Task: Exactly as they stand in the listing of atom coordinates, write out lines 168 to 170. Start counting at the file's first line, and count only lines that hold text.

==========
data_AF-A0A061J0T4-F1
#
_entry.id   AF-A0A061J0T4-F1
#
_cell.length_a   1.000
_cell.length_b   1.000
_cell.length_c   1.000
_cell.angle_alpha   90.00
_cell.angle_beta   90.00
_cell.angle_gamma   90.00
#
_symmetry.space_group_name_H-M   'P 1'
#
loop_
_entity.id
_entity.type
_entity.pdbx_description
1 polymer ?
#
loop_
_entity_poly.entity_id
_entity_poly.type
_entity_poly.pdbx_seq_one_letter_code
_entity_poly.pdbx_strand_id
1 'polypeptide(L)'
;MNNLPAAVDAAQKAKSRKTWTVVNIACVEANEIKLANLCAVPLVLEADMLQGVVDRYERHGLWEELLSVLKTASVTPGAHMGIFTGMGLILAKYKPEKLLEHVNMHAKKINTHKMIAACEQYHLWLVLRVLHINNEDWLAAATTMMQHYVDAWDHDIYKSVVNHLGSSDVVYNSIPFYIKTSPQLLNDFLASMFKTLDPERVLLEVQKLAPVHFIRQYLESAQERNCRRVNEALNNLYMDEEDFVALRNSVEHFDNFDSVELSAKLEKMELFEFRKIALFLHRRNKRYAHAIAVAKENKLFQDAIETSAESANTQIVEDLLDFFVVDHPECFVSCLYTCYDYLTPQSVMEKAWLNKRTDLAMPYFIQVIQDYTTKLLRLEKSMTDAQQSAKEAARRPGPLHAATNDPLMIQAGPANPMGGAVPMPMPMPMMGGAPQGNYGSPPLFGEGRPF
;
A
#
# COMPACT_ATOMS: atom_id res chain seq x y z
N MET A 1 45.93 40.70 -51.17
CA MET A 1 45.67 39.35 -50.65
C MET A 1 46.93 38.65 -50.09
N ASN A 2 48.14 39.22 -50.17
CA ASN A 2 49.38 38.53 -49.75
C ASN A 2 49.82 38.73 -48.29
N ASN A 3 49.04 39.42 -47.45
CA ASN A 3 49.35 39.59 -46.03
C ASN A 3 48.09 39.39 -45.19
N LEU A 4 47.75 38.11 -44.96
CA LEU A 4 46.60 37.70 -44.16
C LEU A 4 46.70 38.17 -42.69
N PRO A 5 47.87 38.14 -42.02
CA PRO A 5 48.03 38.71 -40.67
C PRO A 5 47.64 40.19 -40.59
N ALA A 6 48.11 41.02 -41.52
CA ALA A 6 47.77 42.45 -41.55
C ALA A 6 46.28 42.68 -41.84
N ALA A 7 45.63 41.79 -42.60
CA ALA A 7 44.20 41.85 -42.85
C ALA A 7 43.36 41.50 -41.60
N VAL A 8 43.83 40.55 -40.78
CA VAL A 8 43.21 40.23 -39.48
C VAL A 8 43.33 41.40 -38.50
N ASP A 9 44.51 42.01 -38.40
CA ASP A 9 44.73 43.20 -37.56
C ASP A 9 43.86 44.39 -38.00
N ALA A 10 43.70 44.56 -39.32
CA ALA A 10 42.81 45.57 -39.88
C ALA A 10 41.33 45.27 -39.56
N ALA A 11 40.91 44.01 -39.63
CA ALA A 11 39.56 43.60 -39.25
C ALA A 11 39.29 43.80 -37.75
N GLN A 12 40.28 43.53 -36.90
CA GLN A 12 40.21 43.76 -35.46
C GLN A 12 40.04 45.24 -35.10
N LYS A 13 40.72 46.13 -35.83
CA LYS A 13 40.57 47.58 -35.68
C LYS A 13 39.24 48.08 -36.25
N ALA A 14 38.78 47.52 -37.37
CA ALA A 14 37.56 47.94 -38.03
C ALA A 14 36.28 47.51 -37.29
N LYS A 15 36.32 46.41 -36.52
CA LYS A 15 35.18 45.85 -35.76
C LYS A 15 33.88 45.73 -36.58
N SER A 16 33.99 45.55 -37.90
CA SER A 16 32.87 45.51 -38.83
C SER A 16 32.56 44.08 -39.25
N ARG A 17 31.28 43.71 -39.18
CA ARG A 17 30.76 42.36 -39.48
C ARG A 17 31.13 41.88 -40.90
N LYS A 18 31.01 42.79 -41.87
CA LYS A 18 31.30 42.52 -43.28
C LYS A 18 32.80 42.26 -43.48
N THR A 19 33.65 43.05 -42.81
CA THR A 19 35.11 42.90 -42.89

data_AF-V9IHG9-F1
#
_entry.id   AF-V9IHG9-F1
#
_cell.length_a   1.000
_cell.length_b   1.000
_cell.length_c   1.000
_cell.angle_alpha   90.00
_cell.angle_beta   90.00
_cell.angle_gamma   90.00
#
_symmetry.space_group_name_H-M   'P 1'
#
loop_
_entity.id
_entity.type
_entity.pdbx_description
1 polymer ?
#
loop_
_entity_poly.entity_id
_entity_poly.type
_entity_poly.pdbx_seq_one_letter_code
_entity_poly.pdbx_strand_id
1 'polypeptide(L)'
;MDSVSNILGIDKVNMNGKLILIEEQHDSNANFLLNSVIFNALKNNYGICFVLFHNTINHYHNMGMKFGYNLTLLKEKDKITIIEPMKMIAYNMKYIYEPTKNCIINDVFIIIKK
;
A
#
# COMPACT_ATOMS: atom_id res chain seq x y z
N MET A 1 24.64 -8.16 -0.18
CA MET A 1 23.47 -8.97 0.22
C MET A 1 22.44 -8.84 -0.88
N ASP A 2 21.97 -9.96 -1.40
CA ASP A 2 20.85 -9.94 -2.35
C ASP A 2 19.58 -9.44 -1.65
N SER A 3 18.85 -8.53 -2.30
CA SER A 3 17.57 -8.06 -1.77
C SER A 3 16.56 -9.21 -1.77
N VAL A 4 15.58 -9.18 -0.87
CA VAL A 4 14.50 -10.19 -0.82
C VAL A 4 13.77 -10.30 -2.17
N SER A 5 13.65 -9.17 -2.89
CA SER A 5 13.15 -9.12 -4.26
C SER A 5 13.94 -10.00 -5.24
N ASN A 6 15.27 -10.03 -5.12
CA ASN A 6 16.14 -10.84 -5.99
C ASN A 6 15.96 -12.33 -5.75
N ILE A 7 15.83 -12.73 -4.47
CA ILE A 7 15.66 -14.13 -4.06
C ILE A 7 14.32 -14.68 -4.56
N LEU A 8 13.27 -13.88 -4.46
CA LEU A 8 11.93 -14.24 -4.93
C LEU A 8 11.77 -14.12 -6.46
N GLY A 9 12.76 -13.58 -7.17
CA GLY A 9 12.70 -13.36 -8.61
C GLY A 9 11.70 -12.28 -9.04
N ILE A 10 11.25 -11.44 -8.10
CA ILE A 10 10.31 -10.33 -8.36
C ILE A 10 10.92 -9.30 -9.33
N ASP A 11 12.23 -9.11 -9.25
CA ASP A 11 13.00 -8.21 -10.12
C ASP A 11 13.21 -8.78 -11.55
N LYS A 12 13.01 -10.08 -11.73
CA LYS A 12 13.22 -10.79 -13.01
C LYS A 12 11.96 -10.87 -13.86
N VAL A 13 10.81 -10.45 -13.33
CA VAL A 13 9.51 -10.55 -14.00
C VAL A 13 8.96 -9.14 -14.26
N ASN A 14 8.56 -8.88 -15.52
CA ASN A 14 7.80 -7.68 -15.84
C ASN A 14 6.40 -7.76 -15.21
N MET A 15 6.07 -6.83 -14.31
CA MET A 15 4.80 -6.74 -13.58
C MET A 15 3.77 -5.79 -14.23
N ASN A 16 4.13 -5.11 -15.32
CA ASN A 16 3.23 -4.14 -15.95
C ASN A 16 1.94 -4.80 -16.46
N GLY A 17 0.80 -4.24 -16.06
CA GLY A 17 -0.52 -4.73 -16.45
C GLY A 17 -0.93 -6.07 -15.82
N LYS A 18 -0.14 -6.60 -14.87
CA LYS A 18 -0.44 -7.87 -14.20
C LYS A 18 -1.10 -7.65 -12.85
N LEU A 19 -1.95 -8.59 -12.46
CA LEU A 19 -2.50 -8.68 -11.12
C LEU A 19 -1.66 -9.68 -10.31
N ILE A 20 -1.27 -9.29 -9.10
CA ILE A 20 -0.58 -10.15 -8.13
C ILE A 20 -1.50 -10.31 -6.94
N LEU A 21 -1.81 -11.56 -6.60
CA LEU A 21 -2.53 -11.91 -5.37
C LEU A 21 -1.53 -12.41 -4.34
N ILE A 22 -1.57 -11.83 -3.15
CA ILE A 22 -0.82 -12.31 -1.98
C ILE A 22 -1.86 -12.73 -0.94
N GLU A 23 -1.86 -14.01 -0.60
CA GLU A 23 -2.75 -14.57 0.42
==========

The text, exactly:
N LYS A 18 -0.14 -6.60 -14.87
CA LYS A 18 -0.44 -7.87 -14.20
C LYS A 18 -1.10 -7.65 -12.85